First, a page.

Ireland plans to move to 70% renewable electricity by 2030 with bids for capacity


PLAN to move Ireland to 70% renewable electricity by 2030 has been published by the Irish government.

The Minister for Communications, Climate Action and Environment, Richard Bruton, T.D. announced details of the first Renewable Electricity Support Scheme auction, which has received Government approval, on 2 December.

The Renewable Electricity Support Scheme is an auction-based scheme which invites renewable electricity projects to bid for capacity and receive a guaranteed price for the electricity they generate.

Minister Bruton commented on the announcement: “Ireland is currently 86% reliant on fossil fuel. We must radically reduce this dependence and make the transition to cleaner, more renewable energy.

“We are exiting from peat and coal to generate electricity and moving to clean, renewable sources of power, like wind and solar.

“The Renewable Energy Support Scheme is a flagship Government policy designed to deliver on our commitments to decarbonise our electricity grid, harness our natural resources and bring renewable energy into the heart of our communities.”

The first auction under the Scheme could see installed wind capacity grow further by 30%, from the 50% it has grown by since 2015, in the next three years with solar and community participation.

“This is the equivalent of powering up to 640,000 homes every day and will have a significant impact on delivering what we set out in the Climate Action Plan.”

Every project developer will be obligated to contribute to a Community Benefit Fund at a rate of €2 per MWhr every year.

This will generate a minimum amount of up to €6m for communities living in close proximity to renewable projects each year.

The Renewable Electricity Support Scheme will also mandate that Irish citizens or communities will have access to investment opportunities in renewable energy projects, prioritising those citizens that live in close proximity to the projects.

The Minister expects to announce further details on this aspect in the New Year.

The Irish Wind Energy Association, Ireland’s largest renewable energy organisation, welcomed the announcement.

Dr David Connolly, CEO of the Irish Wind Energy Association, said: “The Renewable Electricity Support Scheme is critical to the development of renewable energy and to ensuring Ireland can achieve our 2030 target to source 70 per cent of our electricity from renewable sources.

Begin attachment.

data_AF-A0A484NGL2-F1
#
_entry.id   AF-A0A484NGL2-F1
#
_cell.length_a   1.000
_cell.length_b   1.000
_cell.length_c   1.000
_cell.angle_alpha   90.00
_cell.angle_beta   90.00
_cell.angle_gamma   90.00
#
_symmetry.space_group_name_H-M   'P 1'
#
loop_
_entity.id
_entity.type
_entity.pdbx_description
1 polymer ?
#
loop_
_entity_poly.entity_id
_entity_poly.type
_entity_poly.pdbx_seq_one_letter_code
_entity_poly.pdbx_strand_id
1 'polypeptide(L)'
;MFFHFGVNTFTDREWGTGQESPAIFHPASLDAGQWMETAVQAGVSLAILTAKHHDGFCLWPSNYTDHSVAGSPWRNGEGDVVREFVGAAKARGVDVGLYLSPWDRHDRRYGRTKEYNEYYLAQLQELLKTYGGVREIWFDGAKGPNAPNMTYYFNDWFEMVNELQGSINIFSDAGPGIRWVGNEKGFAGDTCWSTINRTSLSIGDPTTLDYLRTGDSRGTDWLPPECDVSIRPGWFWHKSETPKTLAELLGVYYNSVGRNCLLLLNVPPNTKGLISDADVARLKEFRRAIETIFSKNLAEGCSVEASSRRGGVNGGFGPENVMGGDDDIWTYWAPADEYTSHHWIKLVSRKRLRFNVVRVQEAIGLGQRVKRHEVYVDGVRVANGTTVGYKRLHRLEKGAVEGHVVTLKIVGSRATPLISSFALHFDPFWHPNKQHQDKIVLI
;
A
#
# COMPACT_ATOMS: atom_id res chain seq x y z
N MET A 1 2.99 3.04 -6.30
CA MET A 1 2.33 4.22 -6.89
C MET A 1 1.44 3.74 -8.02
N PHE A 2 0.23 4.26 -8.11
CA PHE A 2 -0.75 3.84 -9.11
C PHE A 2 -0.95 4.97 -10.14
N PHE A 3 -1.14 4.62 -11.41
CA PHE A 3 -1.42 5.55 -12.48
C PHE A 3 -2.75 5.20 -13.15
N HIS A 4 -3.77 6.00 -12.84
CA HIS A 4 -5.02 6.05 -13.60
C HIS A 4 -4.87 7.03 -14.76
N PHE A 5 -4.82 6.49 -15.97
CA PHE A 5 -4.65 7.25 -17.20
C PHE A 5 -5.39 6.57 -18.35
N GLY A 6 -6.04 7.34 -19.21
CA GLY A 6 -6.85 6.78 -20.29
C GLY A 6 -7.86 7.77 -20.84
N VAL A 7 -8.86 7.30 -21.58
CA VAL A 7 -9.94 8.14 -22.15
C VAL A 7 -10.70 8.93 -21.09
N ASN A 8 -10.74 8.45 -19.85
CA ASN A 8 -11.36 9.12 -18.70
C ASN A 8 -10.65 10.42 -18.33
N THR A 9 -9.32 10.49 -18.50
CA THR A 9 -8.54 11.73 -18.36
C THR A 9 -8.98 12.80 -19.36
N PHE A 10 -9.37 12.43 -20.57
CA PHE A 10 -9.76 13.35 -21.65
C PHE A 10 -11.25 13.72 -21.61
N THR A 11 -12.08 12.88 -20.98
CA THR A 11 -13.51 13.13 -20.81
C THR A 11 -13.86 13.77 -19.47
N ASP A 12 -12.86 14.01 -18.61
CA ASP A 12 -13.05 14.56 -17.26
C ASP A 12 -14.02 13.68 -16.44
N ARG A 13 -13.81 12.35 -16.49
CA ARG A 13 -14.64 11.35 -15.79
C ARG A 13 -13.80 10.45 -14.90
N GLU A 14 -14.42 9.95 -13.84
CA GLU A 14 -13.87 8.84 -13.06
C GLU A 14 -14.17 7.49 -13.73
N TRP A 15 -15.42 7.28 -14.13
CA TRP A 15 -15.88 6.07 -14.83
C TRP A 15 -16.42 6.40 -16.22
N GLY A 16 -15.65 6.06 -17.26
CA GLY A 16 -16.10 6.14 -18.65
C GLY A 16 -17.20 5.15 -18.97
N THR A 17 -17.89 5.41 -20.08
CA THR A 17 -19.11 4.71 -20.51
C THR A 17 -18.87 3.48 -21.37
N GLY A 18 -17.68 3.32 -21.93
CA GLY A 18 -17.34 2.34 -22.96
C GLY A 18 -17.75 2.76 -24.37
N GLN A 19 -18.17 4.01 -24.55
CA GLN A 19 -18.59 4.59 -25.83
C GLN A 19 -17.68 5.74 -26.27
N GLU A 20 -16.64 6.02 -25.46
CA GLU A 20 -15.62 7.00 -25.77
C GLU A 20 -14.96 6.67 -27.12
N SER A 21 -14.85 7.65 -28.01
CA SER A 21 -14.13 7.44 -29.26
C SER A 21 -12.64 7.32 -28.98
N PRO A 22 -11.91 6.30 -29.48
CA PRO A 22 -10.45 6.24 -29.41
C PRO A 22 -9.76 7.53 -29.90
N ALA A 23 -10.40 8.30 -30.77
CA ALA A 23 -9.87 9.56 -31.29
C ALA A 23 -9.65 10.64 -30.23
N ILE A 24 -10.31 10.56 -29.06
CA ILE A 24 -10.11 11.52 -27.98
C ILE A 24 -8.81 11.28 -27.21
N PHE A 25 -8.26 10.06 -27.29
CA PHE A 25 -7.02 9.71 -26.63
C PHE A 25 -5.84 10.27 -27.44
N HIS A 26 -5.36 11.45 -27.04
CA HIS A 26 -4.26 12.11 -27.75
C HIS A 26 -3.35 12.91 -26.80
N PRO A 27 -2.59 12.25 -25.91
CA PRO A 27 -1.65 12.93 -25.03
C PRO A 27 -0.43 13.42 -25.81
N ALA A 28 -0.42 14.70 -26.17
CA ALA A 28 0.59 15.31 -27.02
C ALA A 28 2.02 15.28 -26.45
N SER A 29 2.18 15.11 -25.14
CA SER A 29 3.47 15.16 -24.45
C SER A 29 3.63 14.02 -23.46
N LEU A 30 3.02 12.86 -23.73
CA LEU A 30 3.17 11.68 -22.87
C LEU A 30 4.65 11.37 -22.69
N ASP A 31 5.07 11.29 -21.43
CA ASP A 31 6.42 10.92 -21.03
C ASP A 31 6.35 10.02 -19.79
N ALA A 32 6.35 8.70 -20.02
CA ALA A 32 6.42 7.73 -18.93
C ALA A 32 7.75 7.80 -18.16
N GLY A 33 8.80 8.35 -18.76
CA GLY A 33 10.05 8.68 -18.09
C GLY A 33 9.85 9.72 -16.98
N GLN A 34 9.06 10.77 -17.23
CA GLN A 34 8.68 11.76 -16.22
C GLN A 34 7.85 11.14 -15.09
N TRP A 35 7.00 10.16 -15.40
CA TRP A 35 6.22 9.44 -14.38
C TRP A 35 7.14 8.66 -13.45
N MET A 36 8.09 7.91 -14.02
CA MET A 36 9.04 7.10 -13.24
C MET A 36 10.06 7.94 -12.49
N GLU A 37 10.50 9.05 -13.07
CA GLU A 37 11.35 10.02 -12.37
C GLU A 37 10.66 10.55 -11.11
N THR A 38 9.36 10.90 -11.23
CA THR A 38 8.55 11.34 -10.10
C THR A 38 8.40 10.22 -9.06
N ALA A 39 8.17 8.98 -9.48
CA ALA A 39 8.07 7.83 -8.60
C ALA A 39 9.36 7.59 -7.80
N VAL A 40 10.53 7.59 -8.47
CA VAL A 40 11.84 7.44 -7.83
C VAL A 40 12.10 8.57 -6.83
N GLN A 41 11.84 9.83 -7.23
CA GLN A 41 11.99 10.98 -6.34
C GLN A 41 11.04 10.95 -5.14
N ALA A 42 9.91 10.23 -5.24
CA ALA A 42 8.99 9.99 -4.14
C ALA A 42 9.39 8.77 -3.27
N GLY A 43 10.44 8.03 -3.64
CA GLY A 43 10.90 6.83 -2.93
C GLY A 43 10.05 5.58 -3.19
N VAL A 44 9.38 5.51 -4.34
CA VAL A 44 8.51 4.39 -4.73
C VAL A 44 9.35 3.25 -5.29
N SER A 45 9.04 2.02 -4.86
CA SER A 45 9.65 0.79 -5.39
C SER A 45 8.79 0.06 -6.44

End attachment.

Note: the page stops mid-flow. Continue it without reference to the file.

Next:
“Wind energy is leading Ireland’s efforts against climate change and this scheme will enable another generation of wind farms to be built, providing clean electricity to power our homes, farms and businesses while reducing our CO2 emissions.”

The Government has agreed the proposed elements of the Scheme, which subject to state aid approval, will make up the first auction set to open next year.

  • Increasing Technology Diversity The Scheme will be open to a range of technologies that will broaden the renewable energy mix and enhance security of supply.
  • Solar The Government has approved the inclusion of a solar category, subject to state aid approval, which would represent approximately 10% of the overall auction
  • Community-led category The Government has approved the inclusion of a community category within the auction, subject to state aid approval of up to 30 GWh
  • Community Participation: An obligatory community benefit fund scheme will provide opportunities for communities to play their part in Ireland’s renewable energy transition

The first auction is set to open early next year, subject to State Aid approval and will deliver up to a 3,000GWh increase in renewable electricity generation by the end of 2022.

The Irish Wind Energy Association emphasised the need to keep up the momentum and move ahead with auctions under the new scheme as quickly as possible.

Dr Connolly continued: “Ireland is already far behind on cutting our CO2 emissions and we are looking at a gap of 18 months between the completion of the last wind farms under the old REFIT support scheme and the connection of new projects under the RESS.

“Anything the Government can do to get RESS up and running more quickly will save time, money and CO2 emissions.

The Renewable Electricity Support Scheme is still subject to EU state aid approval.